7 People who Inspire me Part 2 (+ Reacting to my Previous List)

Click here to read the original 7 People who Inspire me list.

When I wrote the first list of 7 People who Inspire me approximately 6 months ago, I didn’t plan on writing a Part 2 but because I had to go through all of my old blog posts for the rebranding, the first list seemed like it had been written by a completely different person. With everything happening in the world and in my life (from graduating to A-Levels to juggling responsibilities during quarantines), I’ve grown tremendously again.

Previously, I thought growing up would just happen in one go but I’ve realised that I am constantly growing and even if I’ve become a new person from who I was 6 months ago, the same will happen 6 months from now.

Related: Literary Analysis: The Moving Finger by Edith Wharton

Now that I’m thinking about it, it’s pretty cool because I’m starting to understand and respect myself more as a constantly growing individual. You know how it’s fun to get to know new people and discover new places? That’s how it is for me with myself- once you start looking at yourself more positively, you realise that life really is a journey and the discovery starts from within; everyday, you are slightly different from the person you were yesterday and it’s amazing getting to know who you are and the individual you’re turning out to be. Hence, I thought it’d be fun to write a Part 2 from the perspective of the person I am at this point in time.

The following aren’t in any specific order but I put my Great-Grandmother at the top on purpose.

My Great-Grandmother

In the past year, my great-grandmother’s health deteriorated a lot and my family and I often found ourselves travelling from our city to her’s, which is a 4-5 hour drive, to be there for and with her. Whenever we’d go, it’d be a very spontaneous decision based on her health- sometimes it’d even be overnight. I’ve never known my Great-Grandmother to complain ever, she’s always been this strong personality for everyone, which I find inspiring because she’s the reason why any of us (my family members) are where we are. She’s sweet, loving, funny, and just the most amazing woman I’ve ever met, and I’ve learnt to cherish her even more since she’s been going through this cycle of being unwell and recovering.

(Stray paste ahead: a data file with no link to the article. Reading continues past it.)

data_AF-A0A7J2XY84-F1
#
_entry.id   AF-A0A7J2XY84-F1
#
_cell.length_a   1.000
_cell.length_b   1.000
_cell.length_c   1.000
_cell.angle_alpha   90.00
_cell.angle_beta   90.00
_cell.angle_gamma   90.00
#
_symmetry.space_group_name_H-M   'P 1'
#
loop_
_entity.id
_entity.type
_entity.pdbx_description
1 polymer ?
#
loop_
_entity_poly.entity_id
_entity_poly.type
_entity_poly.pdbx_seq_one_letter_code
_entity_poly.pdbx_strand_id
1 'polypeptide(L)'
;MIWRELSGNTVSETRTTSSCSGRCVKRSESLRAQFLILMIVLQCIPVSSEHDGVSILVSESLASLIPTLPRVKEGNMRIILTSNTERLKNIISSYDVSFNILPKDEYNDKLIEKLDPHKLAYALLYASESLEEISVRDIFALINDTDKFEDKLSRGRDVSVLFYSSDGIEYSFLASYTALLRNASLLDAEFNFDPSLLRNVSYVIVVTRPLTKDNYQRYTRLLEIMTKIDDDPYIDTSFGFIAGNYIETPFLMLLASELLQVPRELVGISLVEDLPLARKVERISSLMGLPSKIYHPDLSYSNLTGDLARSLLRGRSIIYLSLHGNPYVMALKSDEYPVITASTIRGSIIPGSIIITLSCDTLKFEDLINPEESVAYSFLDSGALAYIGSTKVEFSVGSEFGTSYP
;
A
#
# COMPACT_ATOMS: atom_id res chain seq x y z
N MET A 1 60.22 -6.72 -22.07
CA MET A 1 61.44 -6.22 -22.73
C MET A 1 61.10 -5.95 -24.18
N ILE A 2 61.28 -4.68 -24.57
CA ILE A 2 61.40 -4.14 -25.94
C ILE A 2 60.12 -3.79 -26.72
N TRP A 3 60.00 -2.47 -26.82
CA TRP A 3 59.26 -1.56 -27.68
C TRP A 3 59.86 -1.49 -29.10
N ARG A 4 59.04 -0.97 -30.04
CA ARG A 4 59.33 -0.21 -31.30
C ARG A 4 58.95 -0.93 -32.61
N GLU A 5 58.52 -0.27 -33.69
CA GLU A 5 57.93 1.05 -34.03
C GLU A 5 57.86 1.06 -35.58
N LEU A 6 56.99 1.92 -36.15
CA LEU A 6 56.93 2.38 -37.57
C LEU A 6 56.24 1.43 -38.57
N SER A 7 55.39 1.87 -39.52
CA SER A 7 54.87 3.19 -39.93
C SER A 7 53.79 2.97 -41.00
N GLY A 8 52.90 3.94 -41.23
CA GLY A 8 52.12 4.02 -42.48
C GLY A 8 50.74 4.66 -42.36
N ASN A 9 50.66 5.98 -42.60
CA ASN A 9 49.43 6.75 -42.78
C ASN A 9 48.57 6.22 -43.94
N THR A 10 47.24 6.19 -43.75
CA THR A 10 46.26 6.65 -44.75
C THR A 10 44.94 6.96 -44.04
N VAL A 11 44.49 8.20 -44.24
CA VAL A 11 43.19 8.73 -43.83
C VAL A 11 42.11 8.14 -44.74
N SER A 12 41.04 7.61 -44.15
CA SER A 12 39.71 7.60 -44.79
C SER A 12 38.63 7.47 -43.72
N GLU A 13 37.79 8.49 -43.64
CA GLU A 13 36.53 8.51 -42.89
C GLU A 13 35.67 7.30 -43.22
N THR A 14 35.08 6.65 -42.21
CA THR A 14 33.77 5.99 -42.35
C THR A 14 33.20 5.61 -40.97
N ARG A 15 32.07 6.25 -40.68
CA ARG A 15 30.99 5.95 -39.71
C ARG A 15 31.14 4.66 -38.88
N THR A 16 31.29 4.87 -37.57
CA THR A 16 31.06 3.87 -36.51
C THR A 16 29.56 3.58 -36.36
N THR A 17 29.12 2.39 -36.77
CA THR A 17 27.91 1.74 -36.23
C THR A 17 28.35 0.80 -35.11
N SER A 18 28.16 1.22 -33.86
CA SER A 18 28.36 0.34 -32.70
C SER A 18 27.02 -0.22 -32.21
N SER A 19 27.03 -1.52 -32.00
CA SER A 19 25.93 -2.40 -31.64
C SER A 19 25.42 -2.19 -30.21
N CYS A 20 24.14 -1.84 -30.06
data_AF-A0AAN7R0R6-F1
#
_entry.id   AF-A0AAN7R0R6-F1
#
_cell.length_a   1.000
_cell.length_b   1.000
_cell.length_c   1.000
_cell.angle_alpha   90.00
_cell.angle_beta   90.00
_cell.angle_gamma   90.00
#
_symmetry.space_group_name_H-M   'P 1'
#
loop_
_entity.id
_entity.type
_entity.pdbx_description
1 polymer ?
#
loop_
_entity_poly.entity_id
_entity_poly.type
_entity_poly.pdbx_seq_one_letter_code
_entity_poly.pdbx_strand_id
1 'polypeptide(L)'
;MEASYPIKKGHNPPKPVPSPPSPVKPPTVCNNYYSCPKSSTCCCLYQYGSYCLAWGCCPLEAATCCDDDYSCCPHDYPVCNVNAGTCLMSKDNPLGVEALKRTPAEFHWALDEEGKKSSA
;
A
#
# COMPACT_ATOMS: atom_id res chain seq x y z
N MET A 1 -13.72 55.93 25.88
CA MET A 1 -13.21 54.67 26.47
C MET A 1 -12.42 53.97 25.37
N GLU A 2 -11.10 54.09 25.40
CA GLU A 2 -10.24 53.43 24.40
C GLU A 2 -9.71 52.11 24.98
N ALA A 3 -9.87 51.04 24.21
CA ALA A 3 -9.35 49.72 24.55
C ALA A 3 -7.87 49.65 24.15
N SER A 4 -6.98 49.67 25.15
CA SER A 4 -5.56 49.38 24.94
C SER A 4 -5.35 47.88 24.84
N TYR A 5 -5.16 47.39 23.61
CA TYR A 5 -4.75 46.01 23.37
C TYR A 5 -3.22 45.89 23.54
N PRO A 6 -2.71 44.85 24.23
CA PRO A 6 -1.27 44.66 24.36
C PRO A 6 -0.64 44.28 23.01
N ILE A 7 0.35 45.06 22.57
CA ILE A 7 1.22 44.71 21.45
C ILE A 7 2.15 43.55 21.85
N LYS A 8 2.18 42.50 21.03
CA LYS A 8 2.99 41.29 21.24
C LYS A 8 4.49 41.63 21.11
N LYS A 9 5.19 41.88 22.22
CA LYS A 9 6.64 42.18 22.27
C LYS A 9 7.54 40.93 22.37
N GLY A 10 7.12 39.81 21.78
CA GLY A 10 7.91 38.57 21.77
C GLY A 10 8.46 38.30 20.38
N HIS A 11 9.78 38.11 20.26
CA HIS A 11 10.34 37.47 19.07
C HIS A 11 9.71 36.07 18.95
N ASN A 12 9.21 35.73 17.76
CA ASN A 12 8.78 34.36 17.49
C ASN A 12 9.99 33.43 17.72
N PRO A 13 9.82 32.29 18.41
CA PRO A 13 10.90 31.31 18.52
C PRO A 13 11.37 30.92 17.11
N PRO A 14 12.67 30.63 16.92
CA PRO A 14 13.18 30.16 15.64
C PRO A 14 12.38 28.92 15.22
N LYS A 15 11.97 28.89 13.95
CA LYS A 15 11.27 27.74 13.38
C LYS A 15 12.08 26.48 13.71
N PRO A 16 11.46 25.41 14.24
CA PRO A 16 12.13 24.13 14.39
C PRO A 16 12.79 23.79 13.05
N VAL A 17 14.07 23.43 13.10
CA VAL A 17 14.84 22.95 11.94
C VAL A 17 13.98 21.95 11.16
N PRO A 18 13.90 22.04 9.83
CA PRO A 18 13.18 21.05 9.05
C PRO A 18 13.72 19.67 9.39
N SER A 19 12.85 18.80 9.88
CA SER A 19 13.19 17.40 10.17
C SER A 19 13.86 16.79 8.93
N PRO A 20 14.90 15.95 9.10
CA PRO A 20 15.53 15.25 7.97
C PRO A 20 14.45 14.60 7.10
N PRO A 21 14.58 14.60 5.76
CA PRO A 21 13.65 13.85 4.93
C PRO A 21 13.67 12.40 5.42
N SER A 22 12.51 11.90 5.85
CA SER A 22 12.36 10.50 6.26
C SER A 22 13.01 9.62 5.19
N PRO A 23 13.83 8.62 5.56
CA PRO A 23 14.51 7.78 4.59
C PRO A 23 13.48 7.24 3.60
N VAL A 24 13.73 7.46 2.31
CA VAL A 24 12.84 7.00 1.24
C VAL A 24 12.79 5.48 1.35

Dr. Muhammad Iqbal

During one of my law classes, my teacher mentioned a verse from Allama Iqbal’s poetry, and it literally shook me. I mean, while everyone moved on and continued studying, I was sitting in my seat, repeating the lines in my head and trying to familiarise myself with the words because they were beautiful- of course, I quickly wrote them down. (Click here to see the meaning)

بجھی عشق کی آگ، اندھیر ہے

مسلماں نہیں، راکھ کا ڈھیر ہے

Allama Iqbal, ساقی نامہ

Widely known as Allama Iqbal, Muhammad Iqbal was a prominent Muslim poet (still is), philosopher, politician, lawyer and scholar of British India (now, Pakistan), and his poetry (in Urdu and Persian) was (and is) amongst the finest of the modern era. Allama Iqbal envisioned an independent homeland for the Muslims suffering in India and prioritised the spiritual development of the society, inspired by various philosophers, such as Nietzsche and Rumi. He wanted to remind Muslims of their Islamic duties as their deviation showed in their societal practices, sectarian divisions etc.

Related: 11 Things to do in Winter when you’re Bored or Have Nothing to do

Benazir Bhutto

Former Prime Minister of Pakistan (1988-1990, 1993-1996), Benazir Bhutto was the first elected woman to govern a Muslim-majority country, who was assassinated in 2007 in the city her father was hung in.

As a Muslim woman, I have great respect for (the first) wife of the Prophet of Islam (PBUH) because she was a working woman.

Benazir Bhutto